[Hyperhomocysteinemia and B-vitamin deficiency. Current clinical aspects].Med Monatsschr Pharm. 2006 Aug; 29(8):291-302.MM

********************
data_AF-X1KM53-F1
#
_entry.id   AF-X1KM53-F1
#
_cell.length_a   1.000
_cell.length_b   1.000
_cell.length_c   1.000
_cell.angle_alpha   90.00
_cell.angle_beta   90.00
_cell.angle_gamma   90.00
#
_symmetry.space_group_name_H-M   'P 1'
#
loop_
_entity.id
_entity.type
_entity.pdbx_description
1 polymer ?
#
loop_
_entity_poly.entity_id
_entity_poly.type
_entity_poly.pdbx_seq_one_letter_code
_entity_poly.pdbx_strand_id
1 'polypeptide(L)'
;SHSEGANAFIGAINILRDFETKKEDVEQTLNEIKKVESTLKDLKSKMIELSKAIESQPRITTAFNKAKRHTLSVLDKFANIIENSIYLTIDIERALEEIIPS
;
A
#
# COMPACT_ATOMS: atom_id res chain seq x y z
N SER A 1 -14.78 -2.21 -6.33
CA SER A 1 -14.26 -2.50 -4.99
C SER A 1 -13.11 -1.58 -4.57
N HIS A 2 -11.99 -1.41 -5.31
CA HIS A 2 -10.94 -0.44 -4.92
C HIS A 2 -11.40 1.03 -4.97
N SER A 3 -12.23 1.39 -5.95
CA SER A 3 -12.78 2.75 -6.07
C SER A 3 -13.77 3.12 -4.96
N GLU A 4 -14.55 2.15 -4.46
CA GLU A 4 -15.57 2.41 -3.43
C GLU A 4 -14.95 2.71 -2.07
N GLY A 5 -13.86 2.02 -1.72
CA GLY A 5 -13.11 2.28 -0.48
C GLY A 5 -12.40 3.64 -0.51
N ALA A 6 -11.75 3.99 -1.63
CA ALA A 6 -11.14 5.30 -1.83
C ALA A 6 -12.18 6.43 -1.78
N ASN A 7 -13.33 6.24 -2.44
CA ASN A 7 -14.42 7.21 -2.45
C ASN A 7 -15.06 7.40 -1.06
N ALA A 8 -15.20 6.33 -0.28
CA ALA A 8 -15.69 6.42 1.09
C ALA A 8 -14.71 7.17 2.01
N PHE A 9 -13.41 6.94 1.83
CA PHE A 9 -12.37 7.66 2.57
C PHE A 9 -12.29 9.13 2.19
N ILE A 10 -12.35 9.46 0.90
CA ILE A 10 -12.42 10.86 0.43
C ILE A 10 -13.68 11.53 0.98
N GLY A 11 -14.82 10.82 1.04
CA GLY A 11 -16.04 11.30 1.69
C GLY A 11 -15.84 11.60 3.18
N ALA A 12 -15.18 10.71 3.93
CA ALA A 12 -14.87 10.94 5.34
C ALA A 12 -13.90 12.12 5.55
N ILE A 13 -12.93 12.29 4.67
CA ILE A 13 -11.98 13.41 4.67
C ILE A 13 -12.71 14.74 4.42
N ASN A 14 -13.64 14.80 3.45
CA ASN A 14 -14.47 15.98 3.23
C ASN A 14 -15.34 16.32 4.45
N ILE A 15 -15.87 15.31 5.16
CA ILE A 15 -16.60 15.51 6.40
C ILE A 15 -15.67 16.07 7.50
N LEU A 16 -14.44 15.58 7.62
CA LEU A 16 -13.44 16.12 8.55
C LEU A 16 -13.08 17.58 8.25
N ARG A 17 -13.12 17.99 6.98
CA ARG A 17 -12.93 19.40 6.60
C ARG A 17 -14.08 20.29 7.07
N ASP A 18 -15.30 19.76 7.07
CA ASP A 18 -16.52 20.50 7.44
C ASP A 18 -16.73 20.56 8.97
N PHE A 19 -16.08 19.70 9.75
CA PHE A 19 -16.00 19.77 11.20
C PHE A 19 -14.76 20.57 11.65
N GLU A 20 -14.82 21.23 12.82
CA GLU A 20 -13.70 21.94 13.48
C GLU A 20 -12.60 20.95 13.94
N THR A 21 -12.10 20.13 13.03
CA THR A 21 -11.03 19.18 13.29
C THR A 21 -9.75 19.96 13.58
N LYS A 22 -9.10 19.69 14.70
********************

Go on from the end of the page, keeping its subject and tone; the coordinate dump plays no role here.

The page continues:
Mild to moderate hyperhomocysteinemia has been recognized as an independent risk factor for coronary heart diseases, neurodegenerative diseases, osteoporosis, and pregnancy complications. Low intakes and decreased absorption of the B-vitamins are the most common causes of hyperhomocysteinemia, which is very prevalent in elderly people. The current review summarizes results from epidemiological studies and presents possible pathological mechanisms of hyperhomocysteinemia. In addition, the current study is a critical evaluation of results from several intervention studies that have been initiated for primary or secondary prevention of coronary and degenerative diseases. Lowering the risk of stroke is currently the most impressive effect of homocysteine-lowering-treatment and underlines the causal relationship. Available data is not sufficient for a final conclusion about the effectiveness of homocysteine-lowering in patients with coronary vascular diseases. Current recommendations stress the importance of measurement of plasma concentrations of homocysteine in patients with multiple risk factors. This allow early intervention with B-vitamins.